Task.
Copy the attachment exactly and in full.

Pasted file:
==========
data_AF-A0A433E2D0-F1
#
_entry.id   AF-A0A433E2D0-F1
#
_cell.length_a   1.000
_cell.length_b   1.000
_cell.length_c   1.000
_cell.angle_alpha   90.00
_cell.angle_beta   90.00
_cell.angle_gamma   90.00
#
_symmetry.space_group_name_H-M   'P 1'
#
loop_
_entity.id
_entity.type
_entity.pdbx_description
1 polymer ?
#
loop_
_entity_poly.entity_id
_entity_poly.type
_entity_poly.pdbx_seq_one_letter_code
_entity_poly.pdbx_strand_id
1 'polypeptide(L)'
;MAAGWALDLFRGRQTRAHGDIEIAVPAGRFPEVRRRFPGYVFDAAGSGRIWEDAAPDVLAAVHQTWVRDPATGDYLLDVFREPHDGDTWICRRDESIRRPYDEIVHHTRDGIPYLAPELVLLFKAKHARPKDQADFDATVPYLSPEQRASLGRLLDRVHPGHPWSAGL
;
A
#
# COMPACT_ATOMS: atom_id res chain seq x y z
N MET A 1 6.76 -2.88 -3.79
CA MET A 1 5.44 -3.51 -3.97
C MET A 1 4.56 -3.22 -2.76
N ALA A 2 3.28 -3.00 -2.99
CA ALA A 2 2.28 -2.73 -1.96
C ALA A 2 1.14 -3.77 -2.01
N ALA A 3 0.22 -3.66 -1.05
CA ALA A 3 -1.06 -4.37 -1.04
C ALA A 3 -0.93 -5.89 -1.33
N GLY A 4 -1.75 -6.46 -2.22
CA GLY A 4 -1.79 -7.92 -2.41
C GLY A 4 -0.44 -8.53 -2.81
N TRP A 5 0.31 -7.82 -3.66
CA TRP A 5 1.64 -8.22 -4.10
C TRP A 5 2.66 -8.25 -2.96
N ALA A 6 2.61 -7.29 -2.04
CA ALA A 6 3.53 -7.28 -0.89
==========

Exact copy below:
data_AF-A0A433E2D0-F1
#
_entry.id   AF-A0A433E2D0-F1
#
_cell.length_a   1.000
_cell.length_b   1.000
_cell.length_c   1.000
_cell.angle_alpha   90.00
_cell.angle_beta   90.00
_cell.angle_gamma   90.00
#
_symmetry.space_group_name_H-M   'P 1'
#
loop_
_entity.id
_entity.type
_entity.pdbx_description
1 polymer ?
#
loop_
_entity_poly.entity_id
_entity_poly.type
_entity_poly.pdbx_seq_one_letter_code
_entity_poly.pdbx_strand_id
1 'polypeptide(L)'
;MAAGWALDLFRGRQTRAHGDIEIAVPAGRFPEVRRRFPGYVFDAAGSGRIWEDAAPDVLAAVHQTWVRDPATGDYLLDVFREPHDGDTWICRRDESIRRPYDEIVHHTRDGIPYLAPELVLLFKAKHARPKDQADFDATVPYLSPEQRASLGRLLDRVHPGHPWSAGL
;
A
#
# COMPACT_ATOMS: atom_id res chain seq x y z
N MET A 1 6.76 -2.88 -3.79
CA MET A 1 5.44 -3.51 -3.97
C MET A 1 4.56 -3.22 -2.76
N ALA A 2 3.28 -3.00 -2.99
CA ALA A 2 2.28 -2.73 -1.96
C ALA A 2 1.14 -3.77 -2.01
N ALA A 3 0.22 -3.66 -1.05
CA ALA A 3 -1.06 -4.37 -1.04
C ALA A 3 -0.93 -5.89 -1.33
N GLY A 4 -1.75 -6.46 -2.22
CA GLY A 4 -1.79 -7.92 -2.41
C GLY A 4 -0.44 -8.53 -2.81
N TRP A 5 0.31 -7.82 -3.66
CA TRP A 5 1.64 -8.22 -4.10
C TRP A 5 2.66 -8.25 -2.96
N ALA A 6 2.61 -7.29 -2.04
CA ALA A 6 3.53 -7.28 -0.89